30km/h only manages to drive me to distraction

A PROPOSAL to introduce a 30 kilometre-an-hour speed limit on Cork city’s main street is not only dumb, it is potentially dangerous.

It follows the introduction on Monday of a similar speed limit in Dublin and on the first day of its operation there it succeeded only in infuriating motorists and bringing the streets of the capital to a standstill.

Many saw it as a revenue-raising exercise as they watched gardaí along the quays in Dublin from 7am handing out penalty points and €80 fines.

Even the Automobile Association sees no logic in the Dublin 30km/h speed limit, branding it “absurd”.

It would make even less sense in Cork. According to Garda sources, there has been no serious motoring accident involving excessive speed on the main thoroughfare, Patrick Street, in the past two years. Yet that is one of the streets targeted, along with Oliver Plunkett Street and possibly side streets leading to the South Mall.

According to senior engineer Ian Winning, the council wants to “promote pedestrianisation and cycling in the city centre”, ie, the Green agenda. But this is a different kind of green – naive, brainless and thoughtless.

In the first instance, it means, of course, that motorists could find themselves out-jogged and out-cycled on Patrick Street. There is no plan to extend the speed limit to cyclists and anyone fit enough to ride a two wheeler knows it is not particularly difficult to exceed 30km an hour from the top of Patrick’s Hill to MacCurtain Street, even if the wind is against you. (Believe me.. I’ve tried it.)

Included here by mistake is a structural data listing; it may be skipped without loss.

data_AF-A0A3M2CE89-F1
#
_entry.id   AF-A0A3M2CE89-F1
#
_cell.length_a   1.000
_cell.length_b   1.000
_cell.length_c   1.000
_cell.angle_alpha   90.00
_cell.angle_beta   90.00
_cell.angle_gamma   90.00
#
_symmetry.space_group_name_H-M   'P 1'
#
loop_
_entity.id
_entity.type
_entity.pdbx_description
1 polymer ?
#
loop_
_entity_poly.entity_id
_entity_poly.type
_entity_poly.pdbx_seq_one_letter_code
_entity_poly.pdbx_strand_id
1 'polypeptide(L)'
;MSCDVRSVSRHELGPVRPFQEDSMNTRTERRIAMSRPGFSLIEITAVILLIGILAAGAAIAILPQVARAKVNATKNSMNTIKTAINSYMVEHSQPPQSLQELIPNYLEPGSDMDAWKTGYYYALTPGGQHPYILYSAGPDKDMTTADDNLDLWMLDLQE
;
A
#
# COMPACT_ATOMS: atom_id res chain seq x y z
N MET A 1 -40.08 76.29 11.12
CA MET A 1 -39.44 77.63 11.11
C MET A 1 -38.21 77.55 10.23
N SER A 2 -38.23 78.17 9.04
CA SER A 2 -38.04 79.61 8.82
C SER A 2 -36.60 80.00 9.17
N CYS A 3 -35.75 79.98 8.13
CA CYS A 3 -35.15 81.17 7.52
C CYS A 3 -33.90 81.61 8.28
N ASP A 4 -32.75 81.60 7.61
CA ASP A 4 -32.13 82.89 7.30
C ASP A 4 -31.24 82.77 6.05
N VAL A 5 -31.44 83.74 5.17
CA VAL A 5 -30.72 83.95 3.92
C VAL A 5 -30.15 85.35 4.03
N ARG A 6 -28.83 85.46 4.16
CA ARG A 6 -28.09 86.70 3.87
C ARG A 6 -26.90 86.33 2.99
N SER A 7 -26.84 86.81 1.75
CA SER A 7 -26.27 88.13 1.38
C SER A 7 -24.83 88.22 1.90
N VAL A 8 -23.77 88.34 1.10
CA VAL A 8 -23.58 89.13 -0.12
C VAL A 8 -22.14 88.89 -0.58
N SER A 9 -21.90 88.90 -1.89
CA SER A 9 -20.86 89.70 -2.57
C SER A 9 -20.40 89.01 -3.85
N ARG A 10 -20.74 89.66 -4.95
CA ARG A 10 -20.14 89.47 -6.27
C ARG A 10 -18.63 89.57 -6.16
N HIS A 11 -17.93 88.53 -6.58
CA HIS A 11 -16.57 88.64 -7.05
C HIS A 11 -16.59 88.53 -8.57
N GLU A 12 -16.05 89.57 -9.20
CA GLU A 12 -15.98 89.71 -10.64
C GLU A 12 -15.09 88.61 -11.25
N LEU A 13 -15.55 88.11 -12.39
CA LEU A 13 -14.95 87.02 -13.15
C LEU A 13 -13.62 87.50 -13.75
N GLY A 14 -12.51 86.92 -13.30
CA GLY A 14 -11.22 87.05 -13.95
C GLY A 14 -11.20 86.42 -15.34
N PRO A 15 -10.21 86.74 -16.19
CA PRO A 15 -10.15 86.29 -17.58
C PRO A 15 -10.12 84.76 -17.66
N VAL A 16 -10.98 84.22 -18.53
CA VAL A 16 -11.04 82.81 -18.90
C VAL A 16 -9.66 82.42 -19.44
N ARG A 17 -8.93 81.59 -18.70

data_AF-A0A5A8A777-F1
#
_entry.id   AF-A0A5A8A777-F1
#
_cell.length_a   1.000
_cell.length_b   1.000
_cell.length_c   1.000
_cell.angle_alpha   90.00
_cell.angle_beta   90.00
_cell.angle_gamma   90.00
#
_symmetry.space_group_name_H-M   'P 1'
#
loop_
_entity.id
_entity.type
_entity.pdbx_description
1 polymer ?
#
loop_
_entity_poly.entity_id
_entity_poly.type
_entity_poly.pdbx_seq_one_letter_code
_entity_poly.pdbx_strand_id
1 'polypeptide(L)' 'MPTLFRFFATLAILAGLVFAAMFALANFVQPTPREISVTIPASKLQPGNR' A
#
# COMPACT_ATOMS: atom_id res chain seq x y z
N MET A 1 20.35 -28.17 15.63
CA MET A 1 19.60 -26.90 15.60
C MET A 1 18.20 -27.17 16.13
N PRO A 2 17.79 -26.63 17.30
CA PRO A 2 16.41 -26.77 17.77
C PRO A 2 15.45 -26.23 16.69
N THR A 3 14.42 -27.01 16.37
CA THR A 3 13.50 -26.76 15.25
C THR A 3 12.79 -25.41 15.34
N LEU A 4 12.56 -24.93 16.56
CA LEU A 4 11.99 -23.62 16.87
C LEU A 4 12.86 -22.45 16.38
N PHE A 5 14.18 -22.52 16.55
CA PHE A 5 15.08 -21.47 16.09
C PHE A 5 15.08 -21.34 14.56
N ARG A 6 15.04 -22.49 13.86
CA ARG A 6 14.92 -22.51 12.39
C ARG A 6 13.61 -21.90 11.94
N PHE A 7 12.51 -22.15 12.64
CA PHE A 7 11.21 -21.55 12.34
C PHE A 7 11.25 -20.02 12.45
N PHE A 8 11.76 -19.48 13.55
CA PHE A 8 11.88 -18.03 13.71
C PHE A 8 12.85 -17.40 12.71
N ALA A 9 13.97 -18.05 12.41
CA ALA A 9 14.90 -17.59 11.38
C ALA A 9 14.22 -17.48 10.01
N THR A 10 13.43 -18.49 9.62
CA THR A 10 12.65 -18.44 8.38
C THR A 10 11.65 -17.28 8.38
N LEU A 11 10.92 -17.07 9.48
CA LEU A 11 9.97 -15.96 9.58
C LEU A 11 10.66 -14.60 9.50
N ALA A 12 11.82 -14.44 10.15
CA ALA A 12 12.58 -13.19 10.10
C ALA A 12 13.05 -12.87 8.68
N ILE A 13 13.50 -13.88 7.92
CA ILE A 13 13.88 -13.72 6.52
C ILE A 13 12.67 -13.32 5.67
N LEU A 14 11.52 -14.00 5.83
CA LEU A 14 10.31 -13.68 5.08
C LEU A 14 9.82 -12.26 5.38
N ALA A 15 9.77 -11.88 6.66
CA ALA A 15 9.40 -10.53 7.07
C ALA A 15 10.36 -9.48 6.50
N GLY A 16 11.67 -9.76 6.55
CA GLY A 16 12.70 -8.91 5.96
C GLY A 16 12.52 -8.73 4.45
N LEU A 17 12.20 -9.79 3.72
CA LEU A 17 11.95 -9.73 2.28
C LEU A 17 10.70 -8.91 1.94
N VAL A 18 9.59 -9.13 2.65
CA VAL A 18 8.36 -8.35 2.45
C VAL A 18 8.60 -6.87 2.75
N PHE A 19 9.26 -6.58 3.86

All this new regulation will do is make drivers more paranoid and more enraged than they already are, leading, predictably, to more accidents. For years now, we have been hearing the mantra “speed kills” as if it is simply the speed itself rather than the attitude of drivers that lies behind it that leads to the level of accidents on our roads.

We now have a large population of drivers who regard sticking to the speed limit as their main responsibility towards road safety, without any intelligent thought for safe motoring.

Consider the famous Dutch experiment where they removed road signs and forced drivers to think more seriously about how to deal with junctions and with other road users. The study found that the roads actually became safer – with increased individual responsibility drivers automatically became more cautious and the accident rates tumbled.

We have in the region of 400,000 legal, licensed motorists in Ireland who have never passed a driving test, simply because they were never required to. Yet so long as they obey the speed limits, they are free from annoyance or interference from the “crouching tiger, hidden cop” syndrome that has invaded this country in the past five years or so. They are the battalion of traffic police with hand-held cameras who hide in hedgerows and behind gable walls and pounce on unsuspecting motorists who may be driving sensibly and safely but over the speed limit.

This “caught on camera” fixation by our road safety authorities means that Granny trundling along in her Fiesta to her bridge game is as likely to receive penalty points as the 19-year-old nutter who thinks he owns the road.

Ridiculous speed limits contribute little to road safety. On Dublin’s Stillorgan dual carriageway – as wide as the Liffey – you may, for instance, be required to slow down to 60km/h or less, yet approach Killorglin, Co Kerry from Killarney and you can put the boot down and travel at up to 100km/h. Where is the sense in that?

Excessively low speed limits enforced with the aid of cameras will give us legal compliance but little else. Forcing us all to fox-trot our way to work in the mornings is no way to ensure safety on our roads.


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